That horrible “S” word…

It is a word so horrible that I don’t even like thinking about it. My breathing becomes harder, my chest starts to get red and I get knots in my stomach. I know I am not alone, as it is one of the more painful feelings we can experience; yet one many of us live with daily. That’s right, I am talking about shame. Shame is such a powerful thing as it can cause many different emotions such as guilt, anger, sadness and so on.   It is a feeling that can be so terrible that many of us make choices daily to try to avoid this experience.   There are few feelings that have the power to direct our lives such as shame can.

The actual definition of shame per the Merriam-Webster dictionary is a feeling of guilt, regret, or sadness that you have because you know you have done something wrong.   The fascinating part of this definition is that it explains how this feeling is completely based on what you “know” you have done wrong. Considering we live in a very complex society and most choices in our lives don’t have a clear right and wrong, this definition tells me that shame is actually nothing more than a feeling based on our personal perception. Our perception of what is right and wrong can come from many different places including our families, experiences, society, religion, etc. Since it is built with so many different pieces, everyone has a different understanding of “wrong”. For example, while many of us can agree that killing another person is wrong, we have very different perceptions in the world on if killing an animal is wrong. It gets even greyer when we look at societies “acceptable” social standards since every one of us were raised to have a different understanding of how you “should” behave around others. Yet, we allow the fear of this single feeling to rule many of the choices in our lives.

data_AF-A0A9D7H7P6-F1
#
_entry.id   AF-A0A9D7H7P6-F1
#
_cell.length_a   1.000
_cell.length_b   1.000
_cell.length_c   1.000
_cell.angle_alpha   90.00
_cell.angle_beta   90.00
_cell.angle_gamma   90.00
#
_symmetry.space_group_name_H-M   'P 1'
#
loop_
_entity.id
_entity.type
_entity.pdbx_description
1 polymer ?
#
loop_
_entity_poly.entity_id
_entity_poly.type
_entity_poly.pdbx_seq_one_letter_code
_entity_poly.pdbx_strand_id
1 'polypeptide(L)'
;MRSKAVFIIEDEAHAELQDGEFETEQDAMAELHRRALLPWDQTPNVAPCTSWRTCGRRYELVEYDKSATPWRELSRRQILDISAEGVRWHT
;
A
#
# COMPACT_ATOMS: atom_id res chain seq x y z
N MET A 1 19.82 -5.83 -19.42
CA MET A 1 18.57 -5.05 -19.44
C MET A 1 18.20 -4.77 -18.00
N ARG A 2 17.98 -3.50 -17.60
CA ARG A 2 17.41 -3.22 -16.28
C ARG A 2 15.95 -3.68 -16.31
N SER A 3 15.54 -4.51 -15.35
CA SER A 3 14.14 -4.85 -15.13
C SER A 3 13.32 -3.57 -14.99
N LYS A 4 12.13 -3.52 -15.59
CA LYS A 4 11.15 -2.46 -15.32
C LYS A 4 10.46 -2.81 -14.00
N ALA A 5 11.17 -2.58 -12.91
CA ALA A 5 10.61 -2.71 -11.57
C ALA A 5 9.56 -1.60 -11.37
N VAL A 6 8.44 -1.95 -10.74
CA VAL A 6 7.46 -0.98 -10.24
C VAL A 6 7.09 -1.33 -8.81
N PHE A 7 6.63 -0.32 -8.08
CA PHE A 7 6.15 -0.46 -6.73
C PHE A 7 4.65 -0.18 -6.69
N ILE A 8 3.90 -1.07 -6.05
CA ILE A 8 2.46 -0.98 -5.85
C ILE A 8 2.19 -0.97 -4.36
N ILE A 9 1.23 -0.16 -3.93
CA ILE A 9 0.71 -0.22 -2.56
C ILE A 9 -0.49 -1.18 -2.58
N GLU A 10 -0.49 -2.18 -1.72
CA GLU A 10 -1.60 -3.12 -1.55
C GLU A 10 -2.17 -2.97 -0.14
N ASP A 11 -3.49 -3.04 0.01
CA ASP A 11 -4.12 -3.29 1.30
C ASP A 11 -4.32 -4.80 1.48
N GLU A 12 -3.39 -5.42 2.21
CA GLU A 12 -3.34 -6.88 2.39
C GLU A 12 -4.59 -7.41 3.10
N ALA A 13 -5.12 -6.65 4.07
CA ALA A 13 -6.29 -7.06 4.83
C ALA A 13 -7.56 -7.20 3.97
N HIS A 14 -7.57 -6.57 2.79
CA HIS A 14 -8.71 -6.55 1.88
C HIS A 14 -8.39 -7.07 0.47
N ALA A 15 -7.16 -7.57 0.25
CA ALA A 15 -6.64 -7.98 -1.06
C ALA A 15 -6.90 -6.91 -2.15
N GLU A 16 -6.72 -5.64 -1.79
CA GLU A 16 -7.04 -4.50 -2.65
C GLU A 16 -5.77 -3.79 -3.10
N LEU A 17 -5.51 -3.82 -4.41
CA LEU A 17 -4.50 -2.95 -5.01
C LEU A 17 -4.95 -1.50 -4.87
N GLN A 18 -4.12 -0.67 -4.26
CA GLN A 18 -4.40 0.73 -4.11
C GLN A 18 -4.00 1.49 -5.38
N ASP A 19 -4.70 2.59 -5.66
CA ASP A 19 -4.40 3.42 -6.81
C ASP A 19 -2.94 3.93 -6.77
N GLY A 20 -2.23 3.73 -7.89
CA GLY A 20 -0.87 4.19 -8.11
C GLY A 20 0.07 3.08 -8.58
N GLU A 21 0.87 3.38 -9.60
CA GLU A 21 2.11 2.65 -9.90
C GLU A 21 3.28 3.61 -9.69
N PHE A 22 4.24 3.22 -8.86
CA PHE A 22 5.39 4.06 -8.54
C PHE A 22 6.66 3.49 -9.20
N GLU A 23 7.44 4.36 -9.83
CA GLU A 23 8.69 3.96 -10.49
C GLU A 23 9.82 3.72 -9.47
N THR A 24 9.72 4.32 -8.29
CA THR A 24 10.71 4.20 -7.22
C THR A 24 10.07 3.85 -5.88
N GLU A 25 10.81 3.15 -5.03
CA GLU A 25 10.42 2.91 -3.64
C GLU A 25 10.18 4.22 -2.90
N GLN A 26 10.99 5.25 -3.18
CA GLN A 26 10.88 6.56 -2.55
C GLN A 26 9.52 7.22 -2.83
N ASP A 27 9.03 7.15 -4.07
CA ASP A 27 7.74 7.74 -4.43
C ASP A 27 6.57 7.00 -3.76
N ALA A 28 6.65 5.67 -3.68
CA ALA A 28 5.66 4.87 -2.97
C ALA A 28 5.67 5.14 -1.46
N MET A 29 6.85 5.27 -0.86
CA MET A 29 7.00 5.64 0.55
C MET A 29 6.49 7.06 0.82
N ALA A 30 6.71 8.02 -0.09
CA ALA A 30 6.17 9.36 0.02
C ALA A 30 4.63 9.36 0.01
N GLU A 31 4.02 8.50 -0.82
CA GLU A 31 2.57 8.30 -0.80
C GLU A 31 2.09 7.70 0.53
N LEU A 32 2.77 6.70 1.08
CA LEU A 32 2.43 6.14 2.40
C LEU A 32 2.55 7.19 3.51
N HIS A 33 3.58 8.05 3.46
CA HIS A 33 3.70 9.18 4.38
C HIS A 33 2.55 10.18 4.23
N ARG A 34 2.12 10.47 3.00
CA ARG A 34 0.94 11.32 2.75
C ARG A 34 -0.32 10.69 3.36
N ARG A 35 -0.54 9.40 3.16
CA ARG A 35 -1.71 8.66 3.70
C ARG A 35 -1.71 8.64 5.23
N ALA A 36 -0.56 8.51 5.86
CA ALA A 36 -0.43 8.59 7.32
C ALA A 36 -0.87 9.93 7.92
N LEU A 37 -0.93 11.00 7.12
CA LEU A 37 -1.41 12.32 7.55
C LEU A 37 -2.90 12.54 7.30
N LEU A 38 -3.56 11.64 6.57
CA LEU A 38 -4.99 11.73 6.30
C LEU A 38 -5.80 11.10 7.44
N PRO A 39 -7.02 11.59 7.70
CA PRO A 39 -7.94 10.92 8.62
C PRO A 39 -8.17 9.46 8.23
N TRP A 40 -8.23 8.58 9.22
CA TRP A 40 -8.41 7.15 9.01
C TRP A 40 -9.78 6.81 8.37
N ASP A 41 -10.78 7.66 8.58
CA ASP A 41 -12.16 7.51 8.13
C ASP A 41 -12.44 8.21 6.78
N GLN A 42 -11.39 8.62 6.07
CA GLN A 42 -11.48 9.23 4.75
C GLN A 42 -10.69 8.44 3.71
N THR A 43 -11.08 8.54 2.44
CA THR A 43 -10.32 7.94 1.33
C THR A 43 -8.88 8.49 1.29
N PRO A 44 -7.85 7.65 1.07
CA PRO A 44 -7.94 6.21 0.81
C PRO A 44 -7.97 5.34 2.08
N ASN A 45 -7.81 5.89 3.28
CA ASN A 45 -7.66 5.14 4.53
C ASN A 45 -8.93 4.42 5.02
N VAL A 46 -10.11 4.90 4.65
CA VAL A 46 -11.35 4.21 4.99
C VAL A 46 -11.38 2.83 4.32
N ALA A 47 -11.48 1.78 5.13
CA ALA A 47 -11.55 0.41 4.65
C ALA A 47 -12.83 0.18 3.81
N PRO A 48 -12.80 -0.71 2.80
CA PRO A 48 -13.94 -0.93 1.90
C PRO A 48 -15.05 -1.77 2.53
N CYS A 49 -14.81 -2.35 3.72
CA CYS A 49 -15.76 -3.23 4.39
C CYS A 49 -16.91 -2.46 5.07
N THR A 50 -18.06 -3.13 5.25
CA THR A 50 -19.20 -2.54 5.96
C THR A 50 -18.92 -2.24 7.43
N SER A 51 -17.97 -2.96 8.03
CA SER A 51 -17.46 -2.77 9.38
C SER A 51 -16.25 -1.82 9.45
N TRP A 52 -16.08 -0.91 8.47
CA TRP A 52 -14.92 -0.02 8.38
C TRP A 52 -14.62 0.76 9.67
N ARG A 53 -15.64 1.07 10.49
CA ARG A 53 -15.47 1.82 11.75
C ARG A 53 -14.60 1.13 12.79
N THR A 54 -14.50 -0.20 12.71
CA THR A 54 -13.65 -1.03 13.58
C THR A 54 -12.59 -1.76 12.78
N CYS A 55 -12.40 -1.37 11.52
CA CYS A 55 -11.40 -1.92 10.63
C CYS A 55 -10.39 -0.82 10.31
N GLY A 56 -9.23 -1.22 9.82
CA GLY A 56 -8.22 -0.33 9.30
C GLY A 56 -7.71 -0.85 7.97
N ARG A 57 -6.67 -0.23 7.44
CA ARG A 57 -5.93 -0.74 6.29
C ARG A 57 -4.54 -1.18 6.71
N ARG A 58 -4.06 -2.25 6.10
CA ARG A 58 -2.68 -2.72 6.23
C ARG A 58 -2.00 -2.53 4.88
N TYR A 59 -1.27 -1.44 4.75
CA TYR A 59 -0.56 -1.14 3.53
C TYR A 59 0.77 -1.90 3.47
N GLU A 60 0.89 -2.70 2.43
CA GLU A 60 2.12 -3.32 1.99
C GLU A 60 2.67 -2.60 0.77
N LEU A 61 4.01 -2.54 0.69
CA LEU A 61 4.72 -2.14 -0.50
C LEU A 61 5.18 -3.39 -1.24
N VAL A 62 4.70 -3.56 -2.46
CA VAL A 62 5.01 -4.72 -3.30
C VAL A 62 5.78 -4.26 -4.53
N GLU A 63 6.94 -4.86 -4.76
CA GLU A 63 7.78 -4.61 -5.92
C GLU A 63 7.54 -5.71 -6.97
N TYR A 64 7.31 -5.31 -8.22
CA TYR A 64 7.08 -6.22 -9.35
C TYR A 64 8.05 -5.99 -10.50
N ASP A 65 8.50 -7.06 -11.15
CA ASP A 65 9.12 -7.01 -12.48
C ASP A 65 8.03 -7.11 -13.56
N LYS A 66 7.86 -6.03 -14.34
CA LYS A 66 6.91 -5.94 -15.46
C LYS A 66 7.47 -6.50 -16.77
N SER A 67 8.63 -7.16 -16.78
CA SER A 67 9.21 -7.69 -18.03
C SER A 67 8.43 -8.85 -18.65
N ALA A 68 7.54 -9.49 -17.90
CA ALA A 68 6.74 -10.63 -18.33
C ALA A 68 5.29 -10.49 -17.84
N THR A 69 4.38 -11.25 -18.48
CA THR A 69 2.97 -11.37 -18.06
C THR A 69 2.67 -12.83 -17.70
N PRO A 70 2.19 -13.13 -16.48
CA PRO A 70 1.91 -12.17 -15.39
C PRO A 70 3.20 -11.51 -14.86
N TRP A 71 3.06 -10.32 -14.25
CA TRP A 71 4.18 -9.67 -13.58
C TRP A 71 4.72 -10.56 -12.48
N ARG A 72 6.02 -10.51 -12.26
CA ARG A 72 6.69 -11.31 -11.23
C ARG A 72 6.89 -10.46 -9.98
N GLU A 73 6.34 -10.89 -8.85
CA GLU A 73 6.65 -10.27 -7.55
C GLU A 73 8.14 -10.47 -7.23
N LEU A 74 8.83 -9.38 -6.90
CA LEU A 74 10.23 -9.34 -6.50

Since there are so many different opinions of what is wrong, it is no wonder that shame can take over our lives, especially if we are taking into account what others “must be thinking”. Looking back through my life I can pinpoint hundreds of decisions I made trying to do what I thought I “should” do based on what I believed others were thinking. Many of these choices caused me to delay living my passion or being true to myself; all because I was afraid others would think it was “wrong” and my old friend shame would come out to play. In actuality, most of the choices we make don’t cause nearly the impact to others as they do to ourselves, yet we make others opinions of what is right and wrong rule. When we feel we have taken the wrong step or others judge us, then shame will begin to swim in our veins causing us to hide from our truth and listen to others. This can show up differently in each person’s life, spanning from decisions such as our career choice to how we interact in public settings. If we don’t learn to identify and get out of this cycle, then shame is allowed to run wild, threatening to choose any opinion of “wrong” it can find at that moment.

A first step in the process of breaking this cycle is to start trusting yourself more than others. Begin to believe and have
faith that what your heart and gut is telling you is the right thing, even if others opinions would classify it as wrong. To do this, you must forgive yourself for any past actions that bring up that shame. Take some time to think through these decisions and situations. Allow yourself to be understanding of the circumstances and acknowledge that you were truly doing the best you could at that moment. Fostering this kind of self-compassion and forgiving your past mistakes will allow a stronger feeling of empowerment that will allow your voice to be heard. Ultimately, there is no need to be “right” for everyone, just for yourself. Trusting yourself, forgiving yourself and loving yourself will take away the power that shame has.   Begin practicing this and you will feel true freedom, the freedom to live who you truly are.

Decisions

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